Competitive Exams: Current Affairs 2012: Nuclear Safety

Issues from Fukushima

  • First, it was triggered by a very rare natural event-the occurrence together of an earthquake of magnitude 9 on the Richter scale and a 15-metre tsunami which completely overwhelmed the plant and its safety systems.

  • Second, the analysts exposed the close ties between public regulators and the private plant operators that could have led them to collude and neglect safety and other features.

  • Third, although the physical structure of the Fukushima plant withstood the earthquake, together with the tsunami, the earthquake led to the loss of offsite and onsite power.

  • Fourth, radiation leaks from the disabled plant spread far beyond what had been deemed likely, affected rice crops, milk and other products for domestic consumption and exports.

Concerns in Kudankulam

  • Just a few hundred metric tonnes of steam could pose a serious threat to the containment's structural integrity of Kudankulam with its VVER-type reactor.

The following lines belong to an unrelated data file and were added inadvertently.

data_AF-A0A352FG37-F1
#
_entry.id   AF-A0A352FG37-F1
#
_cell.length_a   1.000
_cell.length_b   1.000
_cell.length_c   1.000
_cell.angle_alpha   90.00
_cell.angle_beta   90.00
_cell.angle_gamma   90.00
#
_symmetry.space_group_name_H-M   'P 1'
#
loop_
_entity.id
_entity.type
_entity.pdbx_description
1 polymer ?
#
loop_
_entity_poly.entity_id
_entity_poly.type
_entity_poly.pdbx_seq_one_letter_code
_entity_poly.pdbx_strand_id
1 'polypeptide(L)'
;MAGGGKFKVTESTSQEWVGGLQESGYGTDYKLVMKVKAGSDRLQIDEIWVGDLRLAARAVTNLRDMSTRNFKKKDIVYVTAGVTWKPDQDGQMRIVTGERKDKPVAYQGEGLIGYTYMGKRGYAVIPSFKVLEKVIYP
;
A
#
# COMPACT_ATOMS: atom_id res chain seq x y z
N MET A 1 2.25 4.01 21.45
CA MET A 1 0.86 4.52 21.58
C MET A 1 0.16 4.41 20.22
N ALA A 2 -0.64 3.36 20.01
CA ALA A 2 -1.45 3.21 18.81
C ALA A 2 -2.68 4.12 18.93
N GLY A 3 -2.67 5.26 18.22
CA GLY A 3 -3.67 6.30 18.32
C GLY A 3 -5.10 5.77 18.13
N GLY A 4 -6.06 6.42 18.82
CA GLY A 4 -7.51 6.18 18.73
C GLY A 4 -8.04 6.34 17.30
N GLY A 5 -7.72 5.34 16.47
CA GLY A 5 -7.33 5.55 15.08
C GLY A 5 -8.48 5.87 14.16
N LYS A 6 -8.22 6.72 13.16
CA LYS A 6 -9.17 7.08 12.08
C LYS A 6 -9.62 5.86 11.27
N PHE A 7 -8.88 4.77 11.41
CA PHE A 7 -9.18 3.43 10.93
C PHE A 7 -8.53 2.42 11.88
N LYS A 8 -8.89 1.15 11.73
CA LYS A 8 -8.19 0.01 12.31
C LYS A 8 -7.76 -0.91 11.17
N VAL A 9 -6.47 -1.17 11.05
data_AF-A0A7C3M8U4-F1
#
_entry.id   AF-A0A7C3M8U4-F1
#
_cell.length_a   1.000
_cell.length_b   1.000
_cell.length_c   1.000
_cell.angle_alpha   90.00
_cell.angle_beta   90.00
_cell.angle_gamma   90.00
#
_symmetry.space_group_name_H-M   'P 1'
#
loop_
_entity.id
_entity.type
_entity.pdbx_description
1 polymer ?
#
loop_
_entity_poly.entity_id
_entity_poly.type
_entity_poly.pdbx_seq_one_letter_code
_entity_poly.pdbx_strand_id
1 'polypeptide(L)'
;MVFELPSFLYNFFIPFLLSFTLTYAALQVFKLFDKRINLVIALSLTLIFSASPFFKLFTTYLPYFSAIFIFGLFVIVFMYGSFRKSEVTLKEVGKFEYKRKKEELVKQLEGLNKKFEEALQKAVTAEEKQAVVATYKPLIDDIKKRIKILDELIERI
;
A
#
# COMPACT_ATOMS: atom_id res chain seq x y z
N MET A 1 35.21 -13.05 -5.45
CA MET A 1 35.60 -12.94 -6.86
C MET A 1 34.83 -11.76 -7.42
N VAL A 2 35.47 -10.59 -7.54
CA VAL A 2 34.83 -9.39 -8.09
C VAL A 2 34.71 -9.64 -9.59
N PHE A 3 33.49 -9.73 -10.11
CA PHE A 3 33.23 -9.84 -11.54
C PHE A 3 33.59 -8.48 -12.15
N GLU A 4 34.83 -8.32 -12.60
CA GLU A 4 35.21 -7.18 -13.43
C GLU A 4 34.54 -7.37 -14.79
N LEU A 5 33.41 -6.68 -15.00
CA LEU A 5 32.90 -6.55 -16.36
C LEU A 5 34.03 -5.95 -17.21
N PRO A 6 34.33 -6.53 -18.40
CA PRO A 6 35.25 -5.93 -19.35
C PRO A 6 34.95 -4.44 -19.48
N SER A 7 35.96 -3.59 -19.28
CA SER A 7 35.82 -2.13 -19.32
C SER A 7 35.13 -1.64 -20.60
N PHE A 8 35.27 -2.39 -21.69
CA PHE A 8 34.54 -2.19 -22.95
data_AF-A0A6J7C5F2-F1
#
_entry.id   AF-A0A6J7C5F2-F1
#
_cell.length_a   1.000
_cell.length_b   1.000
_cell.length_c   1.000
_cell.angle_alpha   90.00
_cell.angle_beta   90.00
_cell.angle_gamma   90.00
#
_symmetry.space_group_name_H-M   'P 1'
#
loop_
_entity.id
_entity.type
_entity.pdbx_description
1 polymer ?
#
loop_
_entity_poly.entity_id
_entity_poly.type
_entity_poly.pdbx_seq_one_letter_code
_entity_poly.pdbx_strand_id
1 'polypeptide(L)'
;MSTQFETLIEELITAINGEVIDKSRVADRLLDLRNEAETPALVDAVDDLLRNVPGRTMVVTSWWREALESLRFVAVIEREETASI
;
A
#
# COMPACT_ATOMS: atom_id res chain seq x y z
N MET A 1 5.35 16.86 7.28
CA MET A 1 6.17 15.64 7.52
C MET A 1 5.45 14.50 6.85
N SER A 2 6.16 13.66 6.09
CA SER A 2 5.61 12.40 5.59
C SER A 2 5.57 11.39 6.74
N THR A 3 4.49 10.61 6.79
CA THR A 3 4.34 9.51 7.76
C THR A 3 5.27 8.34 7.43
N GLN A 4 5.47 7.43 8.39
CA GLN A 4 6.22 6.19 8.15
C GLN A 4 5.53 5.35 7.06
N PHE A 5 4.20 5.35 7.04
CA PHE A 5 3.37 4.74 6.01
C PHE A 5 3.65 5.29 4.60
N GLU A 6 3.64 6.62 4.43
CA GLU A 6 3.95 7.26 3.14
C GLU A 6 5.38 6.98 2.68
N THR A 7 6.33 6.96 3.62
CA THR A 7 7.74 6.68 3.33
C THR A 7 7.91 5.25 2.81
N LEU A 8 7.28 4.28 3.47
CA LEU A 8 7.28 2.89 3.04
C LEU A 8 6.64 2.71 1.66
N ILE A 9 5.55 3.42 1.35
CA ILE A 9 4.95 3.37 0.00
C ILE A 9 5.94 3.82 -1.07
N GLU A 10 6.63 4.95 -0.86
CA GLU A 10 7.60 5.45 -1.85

• Kudankulam is located in the rice and milk producing, heavily populated and fast growing southern state of Tamil Nadu near Sri Lanka.

  • Social cost/benefit analysis of alternative responses to very low probability events, which, were they to occur could inflict large social costs in terms of population loss, damages to structures and long term health consequences is a difficult analytical problem.

  • The Fukushima accident highlighted the need for the independence of regulators from plant operators. The Atomic Energy Regulatory Board (AERB) has long been criticised for being subservient to DAE, the promoting organisation for nuclear power.

Courtesy: The Hindu